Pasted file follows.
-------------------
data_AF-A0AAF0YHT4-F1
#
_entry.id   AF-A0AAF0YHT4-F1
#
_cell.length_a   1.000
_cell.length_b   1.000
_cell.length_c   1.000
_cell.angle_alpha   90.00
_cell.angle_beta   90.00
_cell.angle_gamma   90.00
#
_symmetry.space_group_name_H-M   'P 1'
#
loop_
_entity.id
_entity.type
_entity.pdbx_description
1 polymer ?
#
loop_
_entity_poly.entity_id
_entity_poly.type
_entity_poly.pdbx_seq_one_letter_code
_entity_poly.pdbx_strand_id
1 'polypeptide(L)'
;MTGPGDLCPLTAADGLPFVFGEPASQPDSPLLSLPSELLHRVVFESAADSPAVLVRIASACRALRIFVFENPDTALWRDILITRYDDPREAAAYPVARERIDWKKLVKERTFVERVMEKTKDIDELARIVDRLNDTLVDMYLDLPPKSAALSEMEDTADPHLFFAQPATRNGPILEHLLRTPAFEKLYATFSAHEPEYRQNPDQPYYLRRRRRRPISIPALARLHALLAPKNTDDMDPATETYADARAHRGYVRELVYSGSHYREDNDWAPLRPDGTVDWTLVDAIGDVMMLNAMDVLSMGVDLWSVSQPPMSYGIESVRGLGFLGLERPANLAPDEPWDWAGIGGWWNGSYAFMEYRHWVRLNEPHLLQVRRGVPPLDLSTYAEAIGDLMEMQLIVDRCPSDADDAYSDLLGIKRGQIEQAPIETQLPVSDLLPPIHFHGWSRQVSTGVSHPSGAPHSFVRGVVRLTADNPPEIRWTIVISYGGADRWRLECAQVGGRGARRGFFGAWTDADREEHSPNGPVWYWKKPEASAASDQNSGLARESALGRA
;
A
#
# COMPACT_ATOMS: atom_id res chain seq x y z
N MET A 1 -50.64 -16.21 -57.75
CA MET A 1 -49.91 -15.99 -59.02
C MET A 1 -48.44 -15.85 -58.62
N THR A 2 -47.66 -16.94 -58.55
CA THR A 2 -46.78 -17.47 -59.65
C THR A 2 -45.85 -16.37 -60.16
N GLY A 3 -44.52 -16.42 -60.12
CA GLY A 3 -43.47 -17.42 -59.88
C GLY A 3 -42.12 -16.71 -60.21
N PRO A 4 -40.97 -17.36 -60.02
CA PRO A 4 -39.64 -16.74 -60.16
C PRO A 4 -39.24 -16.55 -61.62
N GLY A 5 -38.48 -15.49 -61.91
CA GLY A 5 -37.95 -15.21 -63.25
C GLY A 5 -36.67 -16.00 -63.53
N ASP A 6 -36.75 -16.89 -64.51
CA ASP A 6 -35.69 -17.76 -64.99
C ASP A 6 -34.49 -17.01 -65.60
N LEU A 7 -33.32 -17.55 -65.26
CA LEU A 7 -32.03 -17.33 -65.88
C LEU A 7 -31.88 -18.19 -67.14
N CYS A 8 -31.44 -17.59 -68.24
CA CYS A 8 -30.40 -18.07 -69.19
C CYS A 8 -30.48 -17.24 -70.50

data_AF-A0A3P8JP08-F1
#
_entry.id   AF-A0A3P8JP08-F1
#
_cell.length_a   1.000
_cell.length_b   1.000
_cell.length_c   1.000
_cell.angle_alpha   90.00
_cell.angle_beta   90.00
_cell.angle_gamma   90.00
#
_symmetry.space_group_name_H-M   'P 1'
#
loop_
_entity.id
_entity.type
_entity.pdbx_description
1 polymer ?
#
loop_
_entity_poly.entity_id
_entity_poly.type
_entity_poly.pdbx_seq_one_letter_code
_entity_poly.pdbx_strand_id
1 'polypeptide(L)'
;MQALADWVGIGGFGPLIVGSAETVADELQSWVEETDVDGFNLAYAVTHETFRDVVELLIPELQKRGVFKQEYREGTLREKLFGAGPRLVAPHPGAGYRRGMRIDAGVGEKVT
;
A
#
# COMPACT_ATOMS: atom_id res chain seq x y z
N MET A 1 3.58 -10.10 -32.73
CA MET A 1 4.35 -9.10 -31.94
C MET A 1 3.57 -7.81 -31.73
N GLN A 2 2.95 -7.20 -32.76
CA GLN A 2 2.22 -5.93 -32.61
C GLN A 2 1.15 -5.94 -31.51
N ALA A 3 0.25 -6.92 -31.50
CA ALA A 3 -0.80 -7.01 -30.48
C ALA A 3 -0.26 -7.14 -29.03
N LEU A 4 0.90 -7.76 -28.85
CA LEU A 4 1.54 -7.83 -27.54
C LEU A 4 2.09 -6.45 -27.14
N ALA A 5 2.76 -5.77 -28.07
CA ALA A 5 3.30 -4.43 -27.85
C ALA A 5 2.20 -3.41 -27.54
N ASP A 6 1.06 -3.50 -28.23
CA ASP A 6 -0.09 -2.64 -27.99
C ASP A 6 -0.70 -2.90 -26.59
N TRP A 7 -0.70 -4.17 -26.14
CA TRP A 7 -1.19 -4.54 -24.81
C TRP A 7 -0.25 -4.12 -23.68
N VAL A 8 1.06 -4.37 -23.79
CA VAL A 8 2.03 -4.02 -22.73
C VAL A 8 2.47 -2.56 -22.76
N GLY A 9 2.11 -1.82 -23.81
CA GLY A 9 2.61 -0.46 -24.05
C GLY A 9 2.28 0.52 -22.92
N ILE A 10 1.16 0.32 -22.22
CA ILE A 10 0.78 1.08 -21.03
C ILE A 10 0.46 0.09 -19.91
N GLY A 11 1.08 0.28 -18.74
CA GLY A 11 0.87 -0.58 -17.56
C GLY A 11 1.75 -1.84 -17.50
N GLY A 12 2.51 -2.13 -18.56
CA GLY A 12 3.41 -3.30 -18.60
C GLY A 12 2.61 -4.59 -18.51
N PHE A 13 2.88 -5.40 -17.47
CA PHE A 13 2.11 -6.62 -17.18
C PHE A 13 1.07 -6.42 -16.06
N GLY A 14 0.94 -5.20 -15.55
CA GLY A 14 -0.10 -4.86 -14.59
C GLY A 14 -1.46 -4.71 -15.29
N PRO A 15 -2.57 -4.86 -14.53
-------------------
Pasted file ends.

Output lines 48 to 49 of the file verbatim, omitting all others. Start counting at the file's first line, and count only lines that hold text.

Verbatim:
C ASP A 6 -34.49 -17.01 -65.60
N LEU A 7 -33.32 -17.55 -65.26